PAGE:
Published in January 2019.
This module is a resource for lecturers
Unlike the section ' Exercises', the proposed activities below can be used both as stand-alone exercises or rather as examples to further clarify some key concepts throughout the class. Activities 1 to 3 will particularly useful to generate debates under the section ' Migration and migrant smuggling'.
Activity 1: Borders and Smuggling of Migrants
The lecturer could use the materials available in Fenced Out by the Washington Post to discuss how the establishment of fences in Europe (which aimed to control irregular migration in a moment of exponential influx), rather than limiting irregular migration, simply displaced migration (smuggling) routes and, in some cases, created a greater demand for smuggling services. It will also be possible to discuss the impact of considerable increases in migration flows on migrants themselves and the attitudes of destination countries. The source indicated includes audio-visual materials.
Security, Asylum, Violence Mexico's Southern Border by WOLA (Advocacy for Human Rights in the Americas) may further the discussion on the impact of restrictive migration policies on irregular migration and smuggling of migrants.
Activity 2: Causes of Smuggling of Migrants
Proposed questions for student discussion: in your opinion, what are the main causes of smuggling of migrants and who or what entity(ies) bears responsibility for the phenomenon?
It is suggested that the lecturer presents a specific (country or region-focused) case study of complex migratory movements that have led to the proliferation of smuggling of migrants. Merely as an illustration, a reference to the European Union (EU) migration crisis follows. This might be a relevant example given that (i) EU countries are popular destination countries (or transit countries on the way to other destinations), (ii) tragedies occurred in the Mediterranean Sea, which were broadcast worldwide, (iii) there were a range of responses (independent of their success), which show the challenges in effectively addressing migrant smuggling.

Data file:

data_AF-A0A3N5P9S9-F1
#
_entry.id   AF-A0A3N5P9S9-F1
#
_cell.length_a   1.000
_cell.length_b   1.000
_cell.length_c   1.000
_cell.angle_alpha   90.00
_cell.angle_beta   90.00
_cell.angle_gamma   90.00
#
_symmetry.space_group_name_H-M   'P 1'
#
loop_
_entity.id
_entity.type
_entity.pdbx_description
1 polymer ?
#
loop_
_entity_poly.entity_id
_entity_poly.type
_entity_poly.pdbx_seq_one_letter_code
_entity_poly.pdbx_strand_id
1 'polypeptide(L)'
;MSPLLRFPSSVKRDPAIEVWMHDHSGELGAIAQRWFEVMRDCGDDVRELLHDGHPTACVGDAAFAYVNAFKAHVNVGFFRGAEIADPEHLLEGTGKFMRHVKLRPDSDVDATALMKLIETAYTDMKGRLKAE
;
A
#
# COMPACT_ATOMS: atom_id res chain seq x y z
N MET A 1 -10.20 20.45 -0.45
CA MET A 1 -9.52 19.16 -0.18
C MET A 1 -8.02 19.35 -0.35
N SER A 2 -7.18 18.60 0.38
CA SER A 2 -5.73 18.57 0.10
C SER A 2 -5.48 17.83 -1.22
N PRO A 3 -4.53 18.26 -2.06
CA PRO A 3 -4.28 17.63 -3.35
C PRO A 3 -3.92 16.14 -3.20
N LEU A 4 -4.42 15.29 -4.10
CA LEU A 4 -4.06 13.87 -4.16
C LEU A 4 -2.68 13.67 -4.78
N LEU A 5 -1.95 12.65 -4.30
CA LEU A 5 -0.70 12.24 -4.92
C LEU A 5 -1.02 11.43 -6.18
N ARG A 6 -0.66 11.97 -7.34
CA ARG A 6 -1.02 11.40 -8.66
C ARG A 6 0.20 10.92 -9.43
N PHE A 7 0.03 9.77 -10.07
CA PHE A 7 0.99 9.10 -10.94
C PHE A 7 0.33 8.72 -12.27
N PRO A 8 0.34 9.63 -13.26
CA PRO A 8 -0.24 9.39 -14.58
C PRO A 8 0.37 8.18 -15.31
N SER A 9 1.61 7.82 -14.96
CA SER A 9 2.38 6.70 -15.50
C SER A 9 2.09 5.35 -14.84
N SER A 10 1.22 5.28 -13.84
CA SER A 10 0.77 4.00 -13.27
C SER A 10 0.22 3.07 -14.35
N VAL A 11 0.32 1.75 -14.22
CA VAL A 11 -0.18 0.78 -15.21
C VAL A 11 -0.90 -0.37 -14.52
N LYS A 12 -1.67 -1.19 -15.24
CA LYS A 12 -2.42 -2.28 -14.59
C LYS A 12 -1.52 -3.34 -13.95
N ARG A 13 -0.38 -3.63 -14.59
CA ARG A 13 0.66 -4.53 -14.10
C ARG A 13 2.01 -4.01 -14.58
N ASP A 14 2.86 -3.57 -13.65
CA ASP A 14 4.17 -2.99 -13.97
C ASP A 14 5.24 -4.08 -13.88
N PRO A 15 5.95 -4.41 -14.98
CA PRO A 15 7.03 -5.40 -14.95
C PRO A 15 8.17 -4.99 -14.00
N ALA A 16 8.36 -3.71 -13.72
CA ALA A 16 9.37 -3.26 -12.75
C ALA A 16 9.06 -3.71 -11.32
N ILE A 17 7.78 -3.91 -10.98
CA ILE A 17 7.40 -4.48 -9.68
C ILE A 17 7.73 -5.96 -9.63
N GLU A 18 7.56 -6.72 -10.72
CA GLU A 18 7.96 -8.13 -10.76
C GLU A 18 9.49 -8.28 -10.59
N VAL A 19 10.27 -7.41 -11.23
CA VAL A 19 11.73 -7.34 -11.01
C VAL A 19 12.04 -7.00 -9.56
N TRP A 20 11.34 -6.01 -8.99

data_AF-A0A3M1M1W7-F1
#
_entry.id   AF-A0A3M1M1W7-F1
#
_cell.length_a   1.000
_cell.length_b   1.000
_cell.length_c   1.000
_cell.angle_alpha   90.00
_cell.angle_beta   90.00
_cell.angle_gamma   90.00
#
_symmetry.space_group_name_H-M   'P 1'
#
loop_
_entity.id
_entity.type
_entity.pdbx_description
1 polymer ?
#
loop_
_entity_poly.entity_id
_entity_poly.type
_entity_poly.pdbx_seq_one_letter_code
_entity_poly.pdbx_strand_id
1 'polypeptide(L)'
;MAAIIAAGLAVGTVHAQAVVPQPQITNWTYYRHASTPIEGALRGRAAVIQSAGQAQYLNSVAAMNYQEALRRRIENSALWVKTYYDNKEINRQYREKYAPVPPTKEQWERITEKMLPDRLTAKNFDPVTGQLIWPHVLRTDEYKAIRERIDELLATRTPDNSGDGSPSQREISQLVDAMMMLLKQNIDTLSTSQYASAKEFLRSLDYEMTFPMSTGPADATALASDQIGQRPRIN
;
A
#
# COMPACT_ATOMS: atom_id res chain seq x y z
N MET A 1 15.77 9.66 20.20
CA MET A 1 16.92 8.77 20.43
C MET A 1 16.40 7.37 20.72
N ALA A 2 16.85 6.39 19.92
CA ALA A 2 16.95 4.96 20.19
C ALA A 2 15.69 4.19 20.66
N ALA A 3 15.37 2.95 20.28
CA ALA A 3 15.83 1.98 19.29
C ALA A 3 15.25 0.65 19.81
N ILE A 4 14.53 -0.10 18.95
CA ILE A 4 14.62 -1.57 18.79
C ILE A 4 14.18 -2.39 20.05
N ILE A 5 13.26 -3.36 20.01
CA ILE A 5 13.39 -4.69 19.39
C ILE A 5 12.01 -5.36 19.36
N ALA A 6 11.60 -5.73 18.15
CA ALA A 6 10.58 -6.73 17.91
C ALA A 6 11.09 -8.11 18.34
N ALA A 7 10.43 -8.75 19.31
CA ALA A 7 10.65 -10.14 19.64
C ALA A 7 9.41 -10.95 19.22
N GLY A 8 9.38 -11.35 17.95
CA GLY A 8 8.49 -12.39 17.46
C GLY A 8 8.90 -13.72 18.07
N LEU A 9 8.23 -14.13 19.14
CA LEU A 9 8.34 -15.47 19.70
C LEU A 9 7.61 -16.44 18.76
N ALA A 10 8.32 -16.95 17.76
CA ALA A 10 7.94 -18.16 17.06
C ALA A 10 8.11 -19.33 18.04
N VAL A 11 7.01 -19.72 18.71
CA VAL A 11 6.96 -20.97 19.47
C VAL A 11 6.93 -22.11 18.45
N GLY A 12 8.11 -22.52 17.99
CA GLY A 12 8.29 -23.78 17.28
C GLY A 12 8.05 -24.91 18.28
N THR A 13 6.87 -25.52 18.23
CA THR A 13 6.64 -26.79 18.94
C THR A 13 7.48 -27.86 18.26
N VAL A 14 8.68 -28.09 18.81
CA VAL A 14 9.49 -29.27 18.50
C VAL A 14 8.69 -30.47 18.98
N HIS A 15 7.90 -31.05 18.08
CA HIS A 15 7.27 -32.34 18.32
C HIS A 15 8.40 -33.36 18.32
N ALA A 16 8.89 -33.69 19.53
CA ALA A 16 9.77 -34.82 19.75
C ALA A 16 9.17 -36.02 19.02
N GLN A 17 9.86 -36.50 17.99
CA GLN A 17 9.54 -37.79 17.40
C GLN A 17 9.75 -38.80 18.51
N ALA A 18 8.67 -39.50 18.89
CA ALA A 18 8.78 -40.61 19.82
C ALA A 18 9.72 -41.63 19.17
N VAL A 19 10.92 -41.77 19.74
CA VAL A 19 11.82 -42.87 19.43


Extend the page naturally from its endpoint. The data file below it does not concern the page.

Activity 3: Examples of migration causes and motivations
The following cards provide holistic insight into some countries of origin and the reasons that have prompted individuals to migrate, often using the services of smugglers. The students may be divided into groups, with each group given one of the tags. The groups should discuss and - based on their acquired knowledge and the subjects already addressed in the Module - orally present a brief analysis (3-5 min) of the migration causes/motivations in the country assigned. In addition, the lecturer may consider asking the class what they understand by each or some of the terms analyzed in the section ' Mixed migration flows' (e.g. refugee, asylum, economic migrant).
Over 5.4 million people have fled Syria since 2011 to escape the ongoing civil war, seeking safety in Lebanon, Turkey, and Jordan. They later often seek to proceed to Western Europe and North America.
UNHCR, Syria Emergency
Afghans remain the largest refugee population of concern to UNHCR in Asia. The volatile security situation in Afghanistan continues to drive displacement, with more than 200 000 people forced to flee their homes in the first eight months of 2017.
UNHCR, Global Focus